Alex Smith is among the NFL’s most efficient postseason quarterbacks, and you are either laughing or shocked at those words so let’s put it in context here:
In NFL history, three quarterbacks have a higher career passer rating than Smith (with at least 150 attempts). They are Bart Starr, Kurt Warner and Drew Brees.
That is the entire list.
The quarterbacks just below him on that list include Joe Montana, Troy Aikman and Steve Young.
It’s worth noting that Smith has actually been more effective in the postseason (99.1 rating) than the regular season (85.3). That’s rare. Tom Brady, Aaron Rodgers and Russell Wilson have all won Super Bowls but each has lower postseason passer ratings than in the regular season. Eli Manning is the only other quarterback on the list in this year’s playoffs who’s been more effective this time of year.
A few caveats: Passer rating is an imperfect stat, and nobody is saying Smith is a better quarterback than Brady, Rodgers or Ben Roethlisberger.
But even if you ignore the headline of this list — Alex Smith Has Higher Postseason Passer Rating Than Every Super Bowl Winner Since Drew Brees (and once beat Brees in a playoff shootout) — the subtext is interesting, too:
Smith, at least in terms of individual performance, has actually been better against the best competition and under the most pressure.
There are various theories for this. His playoff coaches have been Jim Harbaugh and Andy Reid, which helps. Smith is exceptionally smart and disciplined — not just in a football context, but in a human context — and some believe those traits become more important in the playoffs.
What’s often left unsaid is that this is more important now than ever, not just for the Chiefs’ chances of making the Super Bowl but for Smith’s future in Kansas City.
Alex Smith isn’t ready to judge his season. It’s not over yet.
“That’s an offseason project,” he said.
That doesn’t mean the rest of us can’t judge his season. Generally, he hasn’t been what he should, but it’s worth noting that Smith looks at things differently than you or me. Where we might see a receiver with a step on a post route, Smith might see an earlier progression that popped open first.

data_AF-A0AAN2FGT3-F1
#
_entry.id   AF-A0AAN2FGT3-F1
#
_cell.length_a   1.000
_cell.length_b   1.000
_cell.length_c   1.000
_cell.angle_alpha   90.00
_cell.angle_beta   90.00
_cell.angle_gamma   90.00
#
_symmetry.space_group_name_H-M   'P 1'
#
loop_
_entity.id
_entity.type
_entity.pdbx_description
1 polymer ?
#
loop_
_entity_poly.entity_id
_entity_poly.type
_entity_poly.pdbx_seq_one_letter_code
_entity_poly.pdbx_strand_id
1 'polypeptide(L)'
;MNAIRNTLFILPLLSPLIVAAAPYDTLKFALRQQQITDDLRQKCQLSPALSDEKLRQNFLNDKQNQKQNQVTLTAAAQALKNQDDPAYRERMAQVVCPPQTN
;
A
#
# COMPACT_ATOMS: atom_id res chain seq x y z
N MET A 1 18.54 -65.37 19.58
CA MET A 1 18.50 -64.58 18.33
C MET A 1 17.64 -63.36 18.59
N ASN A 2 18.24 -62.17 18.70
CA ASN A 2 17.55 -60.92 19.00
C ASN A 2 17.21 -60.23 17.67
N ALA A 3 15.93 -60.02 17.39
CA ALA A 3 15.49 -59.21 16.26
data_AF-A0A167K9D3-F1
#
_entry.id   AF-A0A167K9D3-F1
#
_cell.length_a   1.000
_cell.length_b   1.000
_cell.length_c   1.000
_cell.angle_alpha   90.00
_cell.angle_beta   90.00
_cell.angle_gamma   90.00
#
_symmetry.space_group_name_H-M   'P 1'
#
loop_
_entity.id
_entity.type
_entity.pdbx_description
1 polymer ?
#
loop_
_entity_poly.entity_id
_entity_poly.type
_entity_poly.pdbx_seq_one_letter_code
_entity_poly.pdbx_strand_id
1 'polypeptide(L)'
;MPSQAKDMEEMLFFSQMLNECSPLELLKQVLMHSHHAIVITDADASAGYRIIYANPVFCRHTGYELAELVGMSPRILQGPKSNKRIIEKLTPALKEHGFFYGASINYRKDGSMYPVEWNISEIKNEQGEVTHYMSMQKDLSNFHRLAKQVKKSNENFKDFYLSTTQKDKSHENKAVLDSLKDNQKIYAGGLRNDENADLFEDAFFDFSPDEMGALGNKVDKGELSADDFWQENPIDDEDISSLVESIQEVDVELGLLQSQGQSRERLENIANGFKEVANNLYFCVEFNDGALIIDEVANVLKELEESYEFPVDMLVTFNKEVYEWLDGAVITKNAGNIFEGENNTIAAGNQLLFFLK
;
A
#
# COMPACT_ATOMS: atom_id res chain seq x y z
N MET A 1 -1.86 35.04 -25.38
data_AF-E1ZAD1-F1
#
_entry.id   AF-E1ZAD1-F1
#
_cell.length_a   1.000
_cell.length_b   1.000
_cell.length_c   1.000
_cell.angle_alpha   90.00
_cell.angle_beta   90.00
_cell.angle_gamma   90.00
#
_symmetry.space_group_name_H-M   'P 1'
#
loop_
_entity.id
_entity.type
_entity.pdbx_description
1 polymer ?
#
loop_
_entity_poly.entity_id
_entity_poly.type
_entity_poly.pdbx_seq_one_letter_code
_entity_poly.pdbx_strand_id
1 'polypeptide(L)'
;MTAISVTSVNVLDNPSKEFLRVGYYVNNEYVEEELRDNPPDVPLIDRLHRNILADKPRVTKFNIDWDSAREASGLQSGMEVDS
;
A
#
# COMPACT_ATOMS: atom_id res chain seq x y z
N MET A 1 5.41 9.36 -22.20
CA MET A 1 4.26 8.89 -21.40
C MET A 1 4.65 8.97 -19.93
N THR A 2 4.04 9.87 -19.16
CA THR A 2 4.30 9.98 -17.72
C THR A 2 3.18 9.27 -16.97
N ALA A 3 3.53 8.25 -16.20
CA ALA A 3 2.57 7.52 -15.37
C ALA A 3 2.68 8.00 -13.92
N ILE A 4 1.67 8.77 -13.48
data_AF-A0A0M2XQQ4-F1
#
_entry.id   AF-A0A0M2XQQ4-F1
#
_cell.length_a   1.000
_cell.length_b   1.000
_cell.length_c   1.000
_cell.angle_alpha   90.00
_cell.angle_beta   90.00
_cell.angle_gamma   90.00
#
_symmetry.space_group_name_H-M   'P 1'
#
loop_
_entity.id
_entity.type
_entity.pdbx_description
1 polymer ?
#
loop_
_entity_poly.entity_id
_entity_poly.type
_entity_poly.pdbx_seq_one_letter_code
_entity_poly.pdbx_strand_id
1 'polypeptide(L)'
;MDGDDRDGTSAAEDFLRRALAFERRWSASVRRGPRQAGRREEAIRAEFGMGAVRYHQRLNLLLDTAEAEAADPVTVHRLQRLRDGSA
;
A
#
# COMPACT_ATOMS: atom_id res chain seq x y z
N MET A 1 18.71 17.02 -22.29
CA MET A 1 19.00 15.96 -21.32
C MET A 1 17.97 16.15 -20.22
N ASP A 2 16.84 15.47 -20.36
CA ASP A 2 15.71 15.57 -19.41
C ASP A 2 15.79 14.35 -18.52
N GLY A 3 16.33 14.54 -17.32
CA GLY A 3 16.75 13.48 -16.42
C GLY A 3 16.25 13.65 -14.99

Where we might see a perfectly fine 8-yard completion, Smith might see a missed opportunity because he threw the ball to the wrong shoulder, or the receiver lined up 2 yards too wide.
“There’s weeks where I’m extremely happy,” he said. “And there’s weeks where I’m disgusted, for sure.”
A generally rotten start has made it easy to miss that he’s been much better the last month or so. The improvement is enough that, at least statistically, he’s not far off from a strong 2015.
He threw for more yards, more yards per game and a higher completion percentage this season than any other he has spent in Kansas City. His touchdowns were down, his interceptions steady, but fewer sacks — the offensive line deserves some of the credit here, obviously — mean his net yards per attempt were the highest since he arrived in 2013.
Inside the building at One Arrowhead Drive, they talk a lot about winning 41 of 61 games with Smith the last four years. Only Brady and Wilson have won more. But they also talk about tight end Travis Kelce becoming a star, and Tyreek Hill’s advancement as a receiver, and argue these things are at least in part a reflection of the quarterback. Most of us see it the other way around, but it’s an interesting thought to keep in mind.